MotoGP: The Case Of Andrea Iannone V. Jorge Lorenzo

The verdict is in, but what did the parties have to say? Even Valentino Rossi weighs in.

Jorge Lorenzo 2016
Defending MotoGP Champion Jorge Lorenzo's (pictured) title defense was put in jeopardy after Andrea Iannone took both of them out of the Catalan Grand Prix.Photo Courtesy of Yamaha

Mistakes happen. It’s part of being human. As the saying goes: To err is human, to forgive; divine. That’s because forgiveness does not come easy. Especially in racing. In this case, when Andrea Iannone ran into the back of Jorge Lorenzo and took them both out of the Catalan Grand Prix, bringing Lorenzo leading the championship by 10 points to a 10-point deficit on the new championship leader Marc Marquez.

After the crash, Lorenzo was visibly upset, not wanting to hear what Iannone had to say. Not unusual right after a crash, but it was especially hard for Lorenzo to take the “divine” approach after Iannone’s response.

“About the race, it’s unbelievable that Iannone made this mistake again and when he did, instead of saying “sorry” he asked me if I had an engine failure or something strange happening in this corner,” Lorenzo said. “You can make a mistake, like Dani [Pedrosa] did in Austin, but then you have to go there and accept your fault. When he [Iannone] got up off the ground he just told me, ‘Jorge, something happen with your engine, with your bike that was not normal how you brake, you brake much before.’ Instead of saying, ‘Jorge, sorry I made a mistake,’ he ask about my bike. So this is the worst thing.”

It’s not hard to expect that the rider being hit would immediately find fault with the other rider, but to be fair, there are always two sides to every story and Iannone felt that Lorenzo slowed unexpectedly.

“As for the incident, I can only say that I could do nothing to avoid it: I braked at the same point as all the previous laps but he was very slow at that moment and unfortunately I made contact with him and we both crashed." - Andrea Iannone.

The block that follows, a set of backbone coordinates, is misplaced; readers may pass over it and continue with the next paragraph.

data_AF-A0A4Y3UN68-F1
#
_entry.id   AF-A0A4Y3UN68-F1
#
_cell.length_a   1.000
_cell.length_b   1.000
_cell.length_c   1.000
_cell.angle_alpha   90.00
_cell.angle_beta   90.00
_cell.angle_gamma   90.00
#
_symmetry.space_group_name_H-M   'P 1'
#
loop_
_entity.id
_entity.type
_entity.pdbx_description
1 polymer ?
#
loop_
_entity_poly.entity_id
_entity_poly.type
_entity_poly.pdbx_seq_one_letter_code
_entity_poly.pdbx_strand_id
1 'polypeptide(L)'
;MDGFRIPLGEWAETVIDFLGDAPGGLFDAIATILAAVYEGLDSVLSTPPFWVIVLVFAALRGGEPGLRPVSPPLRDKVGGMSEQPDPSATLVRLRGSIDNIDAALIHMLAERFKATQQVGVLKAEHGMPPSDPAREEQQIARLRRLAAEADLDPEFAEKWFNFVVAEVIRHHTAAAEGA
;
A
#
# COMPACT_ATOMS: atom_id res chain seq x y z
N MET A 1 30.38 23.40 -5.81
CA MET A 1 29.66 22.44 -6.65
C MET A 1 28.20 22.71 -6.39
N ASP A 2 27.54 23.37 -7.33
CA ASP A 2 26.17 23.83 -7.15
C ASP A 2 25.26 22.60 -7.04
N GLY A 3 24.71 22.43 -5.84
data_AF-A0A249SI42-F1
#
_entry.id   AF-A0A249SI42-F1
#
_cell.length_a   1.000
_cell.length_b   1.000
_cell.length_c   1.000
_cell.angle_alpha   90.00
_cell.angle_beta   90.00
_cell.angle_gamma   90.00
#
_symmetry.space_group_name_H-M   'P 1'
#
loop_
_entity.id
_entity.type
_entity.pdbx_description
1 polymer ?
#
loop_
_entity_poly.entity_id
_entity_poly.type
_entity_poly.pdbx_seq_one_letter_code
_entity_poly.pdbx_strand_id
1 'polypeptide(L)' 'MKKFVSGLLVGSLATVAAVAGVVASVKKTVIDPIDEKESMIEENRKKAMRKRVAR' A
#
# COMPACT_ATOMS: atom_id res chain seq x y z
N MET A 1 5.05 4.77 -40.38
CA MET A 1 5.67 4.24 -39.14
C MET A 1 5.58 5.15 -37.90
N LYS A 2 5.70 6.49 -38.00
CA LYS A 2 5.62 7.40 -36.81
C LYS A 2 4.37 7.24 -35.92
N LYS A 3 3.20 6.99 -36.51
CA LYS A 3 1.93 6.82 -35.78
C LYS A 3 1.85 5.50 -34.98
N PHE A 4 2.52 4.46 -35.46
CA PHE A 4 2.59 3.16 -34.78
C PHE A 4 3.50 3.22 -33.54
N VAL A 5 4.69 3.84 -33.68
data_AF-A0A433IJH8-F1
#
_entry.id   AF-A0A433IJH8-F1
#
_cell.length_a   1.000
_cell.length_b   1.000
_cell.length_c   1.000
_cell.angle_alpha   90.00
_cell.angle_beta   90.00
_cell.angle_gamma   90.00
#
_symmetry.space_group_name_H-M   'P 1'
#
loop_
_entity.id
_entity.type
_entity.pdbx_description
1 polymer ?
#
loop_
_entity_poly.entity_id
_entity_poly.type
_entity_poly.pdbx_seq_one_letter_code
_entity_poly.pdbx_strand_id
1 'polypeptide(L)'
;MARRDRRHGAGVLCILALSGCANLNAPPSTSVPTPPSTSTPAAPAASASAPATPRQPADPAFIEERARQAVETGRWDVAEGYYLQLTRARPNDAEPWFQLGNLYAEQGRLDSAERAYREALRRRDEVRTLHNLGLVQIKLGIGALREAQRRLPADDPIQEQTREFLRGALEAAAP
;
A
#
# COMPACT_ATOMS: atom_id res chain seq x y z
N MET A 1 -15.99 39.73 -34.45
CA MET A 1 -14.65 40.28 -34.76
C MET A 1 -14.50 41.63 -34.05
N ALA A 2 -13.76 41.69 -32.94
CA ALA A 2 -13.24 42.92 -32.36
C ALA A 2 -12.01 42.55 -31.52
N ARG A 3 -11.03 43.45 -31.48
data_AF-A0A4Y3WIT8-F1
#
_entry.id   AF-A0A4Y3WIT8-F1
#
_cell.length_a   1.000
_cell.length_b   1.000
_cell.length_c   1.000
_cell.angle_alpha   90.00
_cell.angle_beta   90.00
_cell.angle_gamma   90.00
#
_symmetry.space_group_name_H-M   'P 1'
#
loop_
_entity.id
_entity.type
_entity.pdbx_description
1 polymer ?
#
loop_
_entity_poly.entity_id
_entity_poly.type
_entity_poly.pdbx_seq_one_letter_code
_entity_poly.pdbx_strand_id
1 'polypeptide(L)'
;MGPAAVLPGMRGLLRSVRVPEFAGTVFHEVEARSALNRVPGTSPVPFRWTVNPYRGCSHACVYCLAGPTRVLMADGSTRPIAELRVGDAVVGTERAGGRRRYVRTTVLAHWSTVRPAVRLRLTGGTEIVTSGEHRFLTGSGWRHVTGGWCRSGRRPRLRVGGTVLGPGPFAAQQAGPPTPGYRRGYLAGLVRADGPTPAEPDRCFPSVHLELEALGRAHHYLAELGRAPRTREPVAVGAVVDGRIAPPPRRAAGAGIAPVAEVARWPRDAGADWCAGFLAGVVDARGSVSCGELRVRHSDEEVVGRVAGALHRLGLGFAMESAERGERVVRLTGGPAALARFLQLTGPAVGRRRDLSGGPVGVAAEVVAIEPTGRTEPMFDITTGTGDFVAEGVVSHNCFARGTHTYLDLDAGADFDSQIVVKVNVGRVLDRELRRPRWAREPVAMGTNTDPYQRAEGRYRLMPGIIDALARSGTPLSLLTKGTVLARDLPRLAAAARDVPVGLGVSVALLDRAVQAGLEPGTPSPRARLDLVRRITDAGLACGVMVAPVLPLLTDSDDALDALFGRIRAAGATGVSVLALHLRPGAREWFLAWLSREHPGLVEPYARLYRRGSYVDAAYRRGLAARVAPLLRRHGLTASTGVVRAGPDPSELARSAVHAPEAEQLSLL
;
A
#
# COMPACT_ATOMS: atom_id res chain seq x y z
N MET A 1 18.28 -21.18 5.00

“I am very sorry for what happened with Lorenzo because I was doing a good race with the limited grip I had,” Iannone explained. “As for the incident, I can only say that I could do nothing to avoid it: I braked at the same point as all the previous laps but he was very slow at that moment and unfortunately I made contact with him and we both crashed. It might seem that I came in too fast and that I wanted to pass him but that’s not the way it went and we got the confirmation of this by analyzing the telemetry data.”

It can be hard to find objectivity when you’re at the center of the controversy, so what was another rider’s perspective? The top three from the Catalan Grand Prix – Valentino Rossi, Marc Marquez and Dani Pedrosa – were asked their opinion. Rossi (clearly not a Lorenzo supporter and a friend of Iannone) gave his insight, including what Iannone could have done differently to avoid it.

“I think that Iannone did the mistake in braking and Jorge was able to slow down the bike better,” Rossi said. “So you can make a mistake, but maybe in that moment what Iannone can do is try to go on the outside more than on the inside, because you arrive in one moment and you have to understand that you don't stop and you have to try to go on the outside. But very easy to say, from here – the chair; quiet. From the bike it is more difficult and for sure is a shame when one rider make a mistake and go into the other one.”

Andrea Iannone 2016
Iannone (29) was already in the doghouse for taking out his teammate Andrea Dovizioso (04) in Argentina.Photo Courtesy of Ducati

“There is always one rider that doesn’t understand the risks and that his actions can seriously injure the other riders..” - Jorge Lorenzo.

Marquez and Pedrosa shared the same sentiments, including the fact that it was always easier to judge what another rider could have done from the sidelines. In the end, the people who judge from the sidelines – Race Direction – found Iannone at fault, a repeat of his infraction in Argentina when he took out his own teammate, Andrea Dovizioso, in the final corner of the race. For that repeat offense, Iannone will have to start from the back of the grid at the next round in Assen, as well as two-penalty points. For Lorenzo, the penalty was not enough.

“There is always one rider that doesn’t understand the risks and that his actions can seriously injure the other riders,” Lorenzo said. “And if Race Direction doesn’t give him a hard penalization, like they did with me in 2005, these kinds of riders don’t understand that they have to change their mentality. That's why I think starting the race from last position is not enough, because in five to seven laps he will be positioned at the front again due to his pace.”

Iannone was hoping to clear the air with Lorenzo, saying: “For sure I go back to his motorhome another time, because is very important for me to talk to Jorge and for sure, him understand the situation.”

He might want to wait awhile. Or at least come up with a different approach, because Lorenzo sees Iannone’s “mentality” as part of the problem.